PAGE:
Question: Why did HAL go berserk? I thought it was because HAL knew the real reason for the mission (as Dr. Floyd reveals in the pre-recorded briefing), and was suspicious or curious of whether or not Dave and Frank knew. So when Dave is showing his drawings to HAL, HAL uses this opportunity to discuss the "rumours" with Dave. HAL of course is thinking as a computer in a chess game, and assumes to know what Dave will say next. But Dave thinks HAL is doing some psychology report on the crew and asks HAL that question. HAL did not expect this response, and quickly responds, "Of course I am." Now HAL is caught in a lie and does not know what Dave's next question might be, so he diverts the conversation by creating the AE-35 unit crisis. This, of course, sends the astronauts down a path that he cannot control, and he ultimately must terminate the crew to protect himself. 2010, however, went down some other path that did not make any sense to me. Hence the question. I would love the opportunity to discuss.
Answer: This is explained in the sequel, 2010. In that film, Doctor Chandra explains that Hal was given orders that directly contracted each other. He was informed about the monolith and instructed to complete the mission should the humans become unable to, but was also programmed not to deceive, and to relay information without distortion. This caused a "mental" breakdown in his programming. He decided the only course of action was to incapacitate/eliminate the crew and then complete the mission.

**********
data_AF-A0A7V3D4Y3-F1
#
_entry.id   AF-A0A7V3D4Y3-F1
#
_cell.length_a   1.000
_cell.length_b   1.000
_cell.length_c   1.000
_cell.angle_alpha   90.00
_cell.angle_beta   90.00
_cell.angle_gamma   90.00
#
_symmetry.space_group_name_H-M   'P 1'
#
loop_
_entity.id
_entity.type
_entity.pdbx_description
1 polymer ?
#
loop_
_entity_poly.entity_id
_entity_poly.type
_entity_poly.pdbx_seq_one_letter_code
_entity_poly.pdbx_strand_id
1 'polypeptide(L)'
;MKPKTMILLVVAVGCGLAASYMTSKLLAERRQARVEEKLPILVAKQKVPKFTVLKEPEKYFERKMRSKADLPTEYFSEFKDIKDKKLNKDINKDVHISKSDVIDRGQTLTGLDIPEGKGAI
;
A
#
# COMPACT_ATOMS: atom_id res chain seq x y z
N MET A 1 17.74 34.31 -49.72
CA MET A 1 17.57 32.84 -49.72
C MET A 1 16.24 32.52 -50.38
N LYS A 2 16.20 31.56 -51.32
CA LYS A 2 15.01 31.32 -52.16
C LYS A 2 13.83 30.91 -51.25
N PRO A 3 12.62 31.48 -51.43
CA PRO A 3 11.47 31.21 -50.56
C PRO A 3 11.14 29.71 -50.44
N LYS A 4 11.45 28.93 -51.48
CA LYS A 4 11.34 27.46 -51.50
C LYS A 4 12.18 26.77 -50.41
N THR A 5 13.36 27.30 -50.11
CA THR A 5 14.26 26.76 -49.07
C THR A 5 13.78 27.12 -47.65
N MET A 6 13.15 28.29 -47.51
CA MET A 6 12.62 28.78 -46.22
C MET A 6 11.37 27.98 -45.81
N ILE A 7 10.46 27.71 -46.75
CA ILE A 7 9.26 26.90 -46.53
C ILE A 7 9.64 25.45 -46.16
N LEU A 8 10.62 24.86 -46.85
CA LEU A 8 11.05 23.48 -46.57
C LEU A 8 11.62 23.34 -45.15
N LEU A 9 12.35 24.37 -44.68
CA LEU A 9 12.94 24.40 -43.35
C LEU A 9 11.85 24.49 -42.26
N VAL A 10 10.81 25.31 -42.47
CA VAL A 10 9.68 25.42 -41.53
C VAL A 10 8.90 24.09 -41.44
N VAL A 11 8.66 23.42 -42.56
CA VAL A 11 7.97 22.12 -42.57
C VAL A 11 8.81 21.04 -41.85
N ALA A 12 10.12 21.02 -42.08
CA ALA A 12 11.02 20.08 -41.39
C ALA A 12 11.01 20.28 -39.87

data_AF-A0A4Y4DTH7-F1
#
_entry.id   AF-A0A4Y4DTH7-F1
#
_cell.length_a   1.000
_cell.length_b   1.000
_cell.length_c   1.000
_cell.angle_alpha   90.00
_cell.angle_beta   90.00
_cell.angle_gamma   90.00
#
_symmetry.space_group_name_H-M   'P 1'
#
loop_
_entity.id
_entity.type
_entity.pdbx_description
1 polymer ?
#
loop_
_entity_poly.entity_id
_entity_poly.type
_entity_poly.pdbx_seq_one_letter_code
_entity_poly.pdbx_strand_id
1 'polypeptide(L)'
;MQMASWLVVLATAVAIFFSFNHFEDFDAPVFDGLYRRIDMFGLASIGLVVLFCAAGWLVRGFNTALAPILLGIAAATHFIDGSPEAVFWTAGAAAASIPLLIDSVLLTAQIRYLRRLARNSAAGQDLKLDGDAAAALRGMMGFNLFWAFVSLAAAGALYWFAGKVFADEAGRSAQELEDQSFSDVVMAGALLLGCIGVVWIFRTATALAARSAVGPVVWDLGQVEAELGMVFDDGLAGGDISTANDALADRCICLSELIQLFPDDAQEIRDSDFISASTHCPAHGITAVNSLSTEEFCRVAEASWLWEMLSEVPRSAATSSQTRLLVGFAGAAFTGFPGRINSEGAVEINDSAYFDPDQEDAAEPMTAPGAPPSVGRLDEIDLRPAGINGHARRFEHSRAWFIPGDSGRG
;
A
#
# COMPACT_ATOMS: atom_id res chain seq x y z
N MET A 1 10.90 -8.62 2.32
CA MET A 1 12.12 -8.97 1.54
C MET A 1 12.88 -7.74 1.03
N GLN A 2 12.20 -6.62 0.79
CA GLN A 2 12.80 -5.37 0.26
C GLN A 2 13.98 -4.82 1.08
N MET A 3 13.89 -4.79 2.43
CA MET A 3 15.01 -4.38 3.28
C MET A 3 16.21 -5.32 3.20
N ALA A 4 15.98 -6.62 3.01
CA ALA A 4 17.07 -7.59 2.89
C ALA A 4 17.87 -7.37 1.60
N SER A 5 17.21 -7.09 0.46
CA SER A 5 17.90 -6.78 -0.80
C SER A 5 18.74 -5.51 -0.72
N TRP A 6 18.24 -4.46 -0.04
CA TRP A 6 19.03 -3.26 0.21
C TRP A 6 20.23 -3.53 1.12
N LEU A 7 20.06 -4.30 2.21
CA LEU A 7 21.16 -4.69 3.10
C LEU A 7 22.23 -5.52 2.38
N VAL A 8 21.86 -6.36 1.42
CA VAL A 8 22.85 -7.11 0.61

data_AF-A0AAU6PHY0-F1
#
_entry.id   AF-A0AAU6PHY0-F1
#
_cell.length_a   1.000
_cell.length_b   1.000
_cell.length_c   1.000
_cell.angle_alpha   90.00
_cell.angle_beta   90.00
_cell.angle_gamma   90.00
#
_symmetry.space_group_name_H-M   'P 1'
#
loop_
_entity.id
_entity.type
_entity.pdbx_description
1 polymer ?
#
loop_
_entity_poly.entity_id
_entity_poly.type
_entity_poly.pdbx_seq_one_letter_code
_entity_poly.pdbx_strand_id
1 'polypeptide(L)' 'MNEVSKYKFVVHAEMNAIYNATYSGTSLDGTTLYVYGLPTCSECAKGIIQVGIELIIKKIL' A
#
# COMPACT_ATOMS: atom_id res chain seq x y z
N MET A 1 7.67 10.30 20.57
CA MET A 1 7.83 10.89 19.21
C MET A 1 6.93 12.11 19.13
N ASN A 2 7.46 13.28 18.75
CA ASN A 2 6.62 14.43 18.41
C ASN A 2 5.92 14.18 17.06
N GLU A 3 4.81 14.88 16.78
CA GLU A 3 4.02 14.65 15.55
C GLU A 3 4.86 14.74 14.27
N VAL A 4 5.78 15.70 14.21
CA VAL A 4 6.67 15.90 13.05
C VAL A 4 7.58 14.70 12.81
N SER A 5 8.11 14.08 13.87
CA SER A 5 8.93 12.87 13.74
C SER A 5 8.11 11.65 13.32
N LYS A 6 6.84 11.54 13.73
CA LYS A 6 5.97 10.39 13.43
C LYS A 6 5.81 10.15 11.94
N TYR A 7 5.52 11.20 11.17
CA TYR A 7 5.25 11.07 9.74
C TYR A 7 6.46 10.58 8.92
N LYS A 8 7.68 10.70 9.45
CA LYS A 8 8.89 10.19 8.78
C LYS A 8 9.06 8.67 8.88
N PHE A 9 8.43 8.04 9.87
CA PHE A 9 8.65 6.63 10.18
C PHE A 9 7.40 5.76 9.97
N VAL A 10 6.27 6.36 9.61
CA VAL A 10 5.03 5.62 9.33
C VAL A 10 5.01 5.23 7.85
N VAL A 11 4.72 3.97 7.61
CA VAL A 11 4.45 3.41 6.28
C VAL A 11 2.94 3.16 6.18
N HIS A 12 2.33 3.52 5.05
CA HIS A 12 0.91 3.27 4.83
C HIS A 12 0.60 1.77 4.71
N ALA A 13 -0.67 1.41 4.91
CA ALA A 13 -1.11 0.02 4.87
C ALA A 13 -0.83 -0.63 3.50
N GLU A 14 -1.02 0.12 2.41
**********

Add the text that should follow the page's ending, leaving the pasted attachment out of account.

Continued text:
Question: Can anybody make out the instructions on the zero gravity toilet on the space craft?
Answer: The wording was spelled out in the "making of" book. Someone took the time to reproduce it here: http://www.ee.ryerson.ca/~elf/aso/zeroGtoilet.html.
Question: I don't understand the significance of the monolith or the starbaby. Can someone explain it to me?
Answer: The monolith is a monitor placed by the aliens to track the progress of developing civilizations. When humanity found the monolith on the Moon, that signaled a certain level of technological advancement. The starbaby is the evolution of the astronaut, as the symbol of humanity, from "Earth-bound" to a true child of the universe, turning his back on the Earth and looking toward the stars.
Question: What was the ultimate destination of the Jupiter mission? The giant planet is made of gas, it has no solid surface to land on. Theoretically a spacecraft could land on one of Jupiter's moons, but they lie within the lethal radiation belt.
Answer: The ultimate goal was to orbit Jupiter to study the Monolith also in orbit around it.
Question: Maybe I need to read the book, but can someone explain the whole ending sequence to me. Why all the flashy over dramatized pictures? It's artistic but is there some other meaning to it?
Answer: All the flashing images are supposed to represent Bowman travelling past far and distant galaxies, this is what happens in the book, where he travels to that white house place.